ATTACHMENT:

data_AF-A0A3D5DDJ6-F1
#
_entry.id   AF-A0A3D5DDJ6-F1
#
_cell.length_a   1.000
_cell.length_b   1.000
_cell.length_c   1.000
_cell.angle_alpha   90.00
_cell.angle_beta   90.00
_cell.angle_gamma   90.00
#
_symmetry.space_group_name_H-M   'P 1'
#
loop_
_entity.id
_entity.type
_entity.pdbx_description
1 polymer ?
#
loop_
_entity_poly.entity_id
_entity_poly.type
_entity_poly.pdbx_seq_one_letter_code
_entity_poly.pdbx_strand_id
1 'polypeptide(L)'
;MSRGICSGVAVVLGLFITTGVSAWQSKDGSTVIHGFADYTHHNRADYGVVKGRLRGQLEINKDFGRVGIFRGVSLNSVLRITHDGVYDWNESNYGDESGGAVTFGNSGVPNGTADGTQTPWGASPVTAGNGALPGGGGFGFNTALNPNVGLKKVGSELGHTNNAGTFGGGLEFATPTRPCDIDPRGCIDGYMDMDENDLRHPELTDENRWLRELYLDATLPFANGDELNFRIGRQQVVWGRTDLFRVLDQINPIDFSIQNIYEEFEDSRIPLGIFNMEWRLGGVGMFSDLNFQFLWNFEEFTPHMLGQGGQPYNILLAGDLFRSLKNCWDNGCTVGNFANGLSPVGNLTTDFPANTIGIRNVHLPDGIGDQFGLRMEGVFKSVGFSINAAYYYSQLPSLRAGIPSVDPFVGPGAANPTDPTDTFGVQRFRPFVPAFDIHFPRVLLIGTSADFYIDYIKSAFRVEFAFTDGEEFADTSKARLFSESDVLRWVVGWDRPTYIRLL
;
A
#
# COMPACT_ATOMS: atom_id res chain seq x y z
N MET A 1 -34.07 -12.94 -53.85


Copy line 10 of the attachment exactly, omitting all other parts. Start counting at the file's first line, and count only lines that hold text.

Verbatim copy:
_cell.angle_gamma   90.00